The trouble with private label brands is that a merchant has to manage numerous details on how they are sourced, produced and delivered-difficult tasks to manage when many suppliers are in Asia and other parts of the world. “The challenge with imported product is that you expect it to just show up on the assembly line one day,” Rosenblum says. “But you need to know if there’s a supply chain problem and how to react to it.”

No more faxes

Because there may be several sources of materials throughout a supply chain, brand managers must stay connected with a number of companies to assure proper use of materials and that production deadlines are met. With many manufacturers in distant parts of the world, brand management can be extremely costly and time-consuming. On top of that, many chains manage hundreds or thousands of production projects a year.

At Dillard’s, Hodapp says private label sourcing used to require exchanging hundreds of faxes with suppliers, who in turn had to exchange production documents with their tier 2 and tier 3 suppliers. With a web-based system, he says, Dillard’s now not only gets immediate communication updates from its main suppliers, but it can also view correspondence up the supply chain to its supplier’s suppliers. This enables it to check on the production and logistical processes of every product feature, down to zippers and buttons. Dillard’s, which first implemented a web-based system last year, is switching to a system provided by QRS Corp., Richmond, Calif. “It helps us get products in stores faster,” Hodapp says. “And we know which suppliers work best.”

Managing inventory risk

New software is also helping retailers better manage the risk associated with sourcing merchandise that can quickly go out of fashion or out of season. If a supply of private label fashion doesn’t arrive on time, or arrives on time but with the wrong components, the retailer runs the risk of losing a major selling opportunity. “The bane of apparel manufacturing is that you have to make a big bet up front, months before you sell the stuff,” says Greg Girard, vice president of AMR.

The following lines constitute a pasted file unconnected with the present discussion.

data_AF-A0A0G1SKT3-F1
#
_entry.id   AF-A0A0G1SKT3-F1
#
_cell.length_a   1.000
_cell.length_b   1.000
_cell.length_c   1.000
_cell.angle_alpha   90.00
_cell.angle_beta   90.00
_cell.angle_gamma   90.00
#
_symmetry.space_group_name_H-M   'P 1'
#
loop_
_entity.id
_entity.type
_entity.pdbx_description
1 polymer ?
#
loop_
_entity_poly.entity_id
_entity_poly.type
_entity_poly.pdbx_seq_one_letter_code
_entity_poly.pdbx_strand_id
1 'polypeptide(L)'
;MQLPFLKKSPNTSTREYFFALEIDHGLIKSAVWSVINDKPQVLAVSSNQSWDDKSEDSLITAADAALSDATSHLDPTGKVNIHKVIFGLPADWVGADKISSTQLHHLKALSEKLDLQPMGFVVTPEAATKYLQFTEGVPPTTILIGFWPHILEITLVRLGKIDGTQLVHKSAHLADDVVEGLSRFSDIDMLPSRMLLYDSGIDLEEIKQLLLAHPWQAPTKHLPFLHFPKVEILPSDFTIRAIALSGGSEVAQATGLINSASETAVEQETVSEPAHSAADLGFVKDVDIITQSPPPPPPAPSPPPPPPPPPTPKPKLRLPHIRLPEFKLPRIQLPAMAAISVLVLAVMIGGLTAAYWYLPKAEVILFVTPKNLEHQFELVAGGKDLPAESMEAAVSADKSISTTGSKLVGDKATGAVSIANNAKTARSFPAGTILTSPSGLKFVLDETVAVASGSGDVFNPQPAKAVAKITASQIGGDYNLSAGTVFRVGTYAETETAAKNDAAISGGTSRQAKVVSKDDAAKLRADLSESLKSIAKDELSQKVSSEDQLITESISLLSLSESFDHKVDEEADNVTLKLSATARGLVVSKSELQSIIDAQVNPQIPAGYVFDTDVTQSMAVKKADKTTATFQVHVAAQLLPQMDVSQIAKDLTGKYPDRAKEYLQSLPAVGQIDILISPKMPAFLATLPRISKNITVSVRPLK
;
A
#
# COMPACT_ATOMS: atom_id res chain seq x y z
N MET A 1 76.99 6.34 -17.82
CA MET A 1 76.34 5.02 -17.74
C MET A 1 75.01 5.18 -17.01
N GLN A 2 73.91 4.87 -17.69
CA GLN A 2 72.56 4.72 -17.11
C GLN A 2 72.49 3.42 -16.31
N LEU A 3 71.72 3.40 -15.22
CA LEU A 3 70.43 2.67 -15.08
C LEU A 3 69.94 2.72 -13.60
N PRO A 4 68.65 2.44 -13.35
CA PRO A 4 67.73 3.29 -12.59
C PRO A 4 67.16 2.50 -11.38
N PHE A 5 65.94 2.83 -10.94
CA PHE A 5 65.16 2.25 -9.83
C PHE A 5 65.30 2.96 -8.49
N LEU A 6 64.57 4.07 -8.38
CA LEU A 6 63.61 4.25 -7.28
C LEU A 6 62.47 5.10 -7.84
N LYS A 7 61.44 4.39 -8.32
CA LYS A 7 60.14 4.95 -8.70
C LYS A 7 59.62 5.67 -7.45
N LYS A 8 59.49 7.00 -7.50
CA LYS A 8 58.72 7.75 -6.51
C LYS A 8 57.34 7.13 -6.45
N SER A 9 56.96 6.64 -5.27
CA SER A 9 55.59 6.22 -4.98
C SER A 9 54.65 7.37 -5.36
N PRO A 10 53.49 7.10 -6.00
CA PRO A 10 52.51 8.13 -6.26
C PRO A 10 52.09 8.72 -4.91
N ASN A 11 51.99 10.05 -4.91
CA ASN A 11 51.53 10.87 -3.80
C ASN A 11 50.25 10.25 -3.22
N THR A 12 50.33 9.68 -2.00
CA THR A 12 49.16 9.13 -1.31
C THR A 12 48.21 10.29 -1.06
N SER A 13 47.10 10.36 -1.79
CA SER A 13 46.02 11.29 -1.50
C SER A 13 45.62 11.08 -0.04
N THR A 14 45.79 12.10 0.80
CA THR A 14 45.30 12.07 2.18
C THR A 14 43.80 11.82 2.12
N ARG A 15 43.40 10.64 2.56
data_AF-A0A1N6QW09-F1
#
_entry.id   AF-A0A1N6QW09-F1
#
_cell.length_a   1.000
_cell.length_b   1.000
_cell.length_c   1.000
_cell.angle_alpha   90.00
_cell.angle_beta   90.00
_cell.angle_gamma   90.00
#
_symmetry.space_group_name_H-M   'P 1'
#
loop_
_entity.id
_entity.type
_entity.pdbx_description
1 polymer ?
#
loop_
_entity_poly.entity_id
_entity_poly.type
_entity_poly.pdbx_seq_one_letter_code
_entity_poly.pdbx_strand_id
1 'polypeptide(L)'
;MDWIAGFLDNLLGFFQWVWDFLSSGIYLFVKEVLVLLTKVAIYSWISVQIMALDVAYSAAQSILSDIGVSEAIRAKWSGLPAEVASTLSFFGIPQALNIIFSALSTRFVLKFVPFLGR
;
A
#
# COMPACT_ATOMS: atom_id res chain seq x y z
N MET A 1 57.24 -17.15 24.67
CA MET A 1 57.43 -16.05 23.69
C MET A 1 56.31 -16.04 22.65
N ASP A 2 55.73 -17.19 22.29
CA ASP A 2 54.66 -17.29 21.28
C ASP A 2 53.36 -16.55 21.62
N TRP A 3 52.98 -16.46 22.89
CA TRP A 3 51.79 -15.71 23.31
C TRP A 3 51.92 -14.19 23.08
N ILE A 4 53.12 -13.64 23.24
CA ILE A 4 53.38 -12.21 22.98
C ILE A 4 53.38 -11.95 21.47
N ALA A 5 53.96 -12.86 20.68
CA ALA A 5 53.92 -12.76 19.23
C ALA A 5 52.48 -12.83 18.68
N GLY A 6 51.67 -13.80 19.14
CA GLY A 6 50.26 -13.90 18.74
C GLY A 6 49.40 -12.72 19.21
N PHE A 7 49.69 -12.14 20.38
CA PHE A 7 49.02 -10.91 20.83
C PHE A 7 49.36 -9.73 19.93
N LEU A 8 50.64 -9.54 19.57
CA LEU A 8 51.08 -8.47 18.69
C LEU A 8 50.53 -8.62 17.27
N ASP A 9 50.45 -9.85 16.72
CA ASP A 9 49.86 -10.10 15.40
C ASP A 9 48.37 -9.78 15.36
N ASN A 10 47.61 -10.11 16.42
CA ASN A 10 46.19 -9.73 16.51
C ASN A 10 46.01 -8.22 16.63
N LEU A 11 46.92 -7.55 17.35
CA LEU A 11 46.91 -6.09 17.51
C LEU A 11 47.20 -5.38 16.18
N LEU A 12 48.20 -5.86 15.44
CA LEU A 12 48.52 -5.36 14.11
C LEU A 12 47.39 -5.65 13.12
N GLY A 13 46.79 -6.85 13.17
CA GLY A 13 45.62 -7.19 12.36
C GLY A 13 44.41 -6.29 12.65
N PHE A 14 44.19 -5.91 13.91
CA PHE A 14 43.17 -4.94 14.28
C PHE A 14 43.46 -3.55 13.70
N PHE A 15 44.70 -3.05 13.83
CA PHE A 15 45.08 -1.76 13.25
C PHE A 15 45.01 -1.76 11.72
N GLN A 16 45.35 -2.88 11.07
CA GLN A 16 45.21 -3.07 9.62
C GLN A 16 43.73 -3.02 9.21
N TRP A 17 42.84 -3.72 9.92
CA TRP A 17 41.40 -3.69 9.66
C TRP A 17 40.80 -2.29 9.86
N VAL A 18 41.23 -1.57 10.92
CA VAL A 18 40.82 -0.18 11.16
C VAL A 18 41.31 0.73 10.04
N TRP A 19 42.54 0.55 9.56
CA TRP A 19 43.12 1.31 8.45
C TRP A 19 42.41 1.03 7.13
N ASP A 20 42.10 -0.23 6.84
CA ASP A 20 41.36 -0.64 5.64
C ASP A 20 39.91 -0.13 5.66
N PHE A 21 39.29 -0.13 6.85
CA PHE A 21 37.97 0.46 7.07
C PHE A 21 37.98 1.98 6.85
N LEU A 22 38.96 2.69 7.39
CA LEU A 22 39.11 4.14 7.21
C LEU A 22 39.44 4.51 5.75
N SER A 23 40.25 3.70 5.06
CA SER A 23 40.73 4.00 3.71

Still, the benefits of private label merchandise are so large that such products have become crucial to retailers’ strategies. But until recently the Internet itself was not reliable enough or ubiquitous enough to support such broad networks of foreign suppliers. Now it has reached higher levels of security and global connections, coinciding with applications designed to run over the Internet offering real-time data for managing and analyzing the variables of sourcing internationally.

The pool of new supply chain management products for sourcing private label brands is continuing to evolve. For example, SupplyChainge Inc. is offering a Lead Time Optimizer application that helps manage excess raw material supplies so a retailer can avoid over-production of seasonal merchandise and the typical markdowns that follow.

New Generation Computing has launched ETMS, a web-based event-tracking and management application that enables retailers and suppliers to coordinate multiple calendars for monitoring production according to deadlines. And SPS Commerce has introduced a web-hosted application for reporting events or changes in production along the supply chain.